A unique Blend of Indian Art, Persian Culture and Islamic Colors
Moghul dynasty which was originated in Northern India in 16th to Mid 18th century was founded by Moghul Emperor Babur (1526–1530), a Central Asian ruler of Turkish-Mongol descent. Let’s go through the evolution of Persian paintings to miniature paintings of Mogul era, to understand the origin of miniature paintings and their extension to Northern India centuries ago.
Moghul Paintings and artists flourished under the reign of Emperor Akbar. Akbari paintings alternative name for Moghul paintings are very illustrative, full of life and describing attire and event details. Also these paintings are in the form of book illustration with collections of miniature paintings about the events and preserved in “Akbarnama”.
Origin and extension of Moghul Paintings in Moghul Empire
Babur or Zahir-ud- Din-Muhammad , founder of Moghul Empire and first Emperor of Moghul Dynasty in Indian Subcontinent was succeeded by Humanyu, Babur’s first and favorite son.
Humanyu or Nasir-ud-Din-Muhammad (1530–1556), second Emperor of Mughal Empire who ruled over territory, now known as Afghanistan, Pakistan, Northern India and Bangladesh.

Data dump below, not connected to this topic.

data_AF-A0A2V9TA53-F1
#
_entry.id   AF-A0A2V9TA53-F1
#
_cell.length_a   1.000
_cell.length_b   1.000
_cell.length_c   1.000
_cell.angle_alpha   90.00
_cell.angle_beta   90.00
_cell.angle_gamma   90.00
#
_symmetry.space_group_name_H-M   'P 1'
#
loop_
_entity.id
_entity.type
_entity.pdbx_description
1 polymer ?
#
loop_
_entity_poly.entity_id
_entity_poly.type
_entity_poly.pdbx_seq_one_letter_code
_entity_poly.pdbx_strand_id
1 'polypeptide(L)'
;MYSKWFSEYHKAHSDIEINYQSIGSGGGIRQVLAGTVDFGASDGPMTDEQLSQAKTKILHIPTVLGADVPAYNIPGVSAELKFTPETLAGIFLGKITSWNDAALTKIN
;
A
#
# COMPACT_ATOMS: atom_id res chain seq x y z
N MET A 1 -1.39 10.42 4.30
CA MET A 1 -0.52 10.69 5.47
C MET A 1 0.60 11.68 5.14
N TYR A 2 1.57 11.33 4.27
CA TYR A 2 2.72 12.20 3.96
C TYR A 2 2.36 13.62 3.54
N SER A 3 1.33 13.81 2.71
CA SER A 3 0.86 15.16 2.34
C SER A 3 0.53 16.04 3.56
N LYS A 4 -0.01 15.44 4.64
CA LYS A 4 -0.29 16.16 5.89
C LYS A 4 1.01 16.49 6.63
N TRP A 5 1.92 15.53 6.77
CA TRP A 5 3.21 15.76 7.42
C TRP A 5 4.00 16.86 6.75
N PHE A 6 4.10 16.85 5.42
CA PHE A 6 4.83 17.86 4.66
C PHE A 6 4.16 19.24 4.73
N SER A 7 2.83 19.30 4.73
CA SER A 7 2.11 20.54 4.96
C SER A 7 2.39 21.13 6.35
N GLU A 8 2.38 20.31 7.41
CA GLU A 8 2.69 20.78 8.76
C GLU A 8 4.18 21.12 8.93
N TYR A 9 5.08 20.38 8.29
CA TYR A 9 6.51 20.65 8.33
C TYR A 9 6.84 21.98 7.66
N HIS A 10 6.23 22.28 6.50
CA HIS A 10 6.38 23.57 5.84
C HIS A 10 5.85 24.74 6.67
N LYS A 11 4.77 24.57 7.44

When Humanyu was on exile in Persia he was exposed to Persian miniature painting. He commissioned one painting “Princes of the House of Timur” present in British Museum now. He brought two accomplished Persian artists to India “Abd-al-Samad” and “Mir Sayyid Ali”
Humanyu’s major commission was Khamsa of Nizami, which is collection of 36 illuminated pages with art styles of various artists. He also commissioned two miniature paintings showing himself with family members this art subject was rare in Persia though exclusive for Moghuls.
Akbar or Jalal-ud-Din Muhammad (1556–1605) succeeded his father Humanyu and became third Mughal Emperor and expanded his empire in India. He consolidated regions and and was inclusive of diverse religions in India.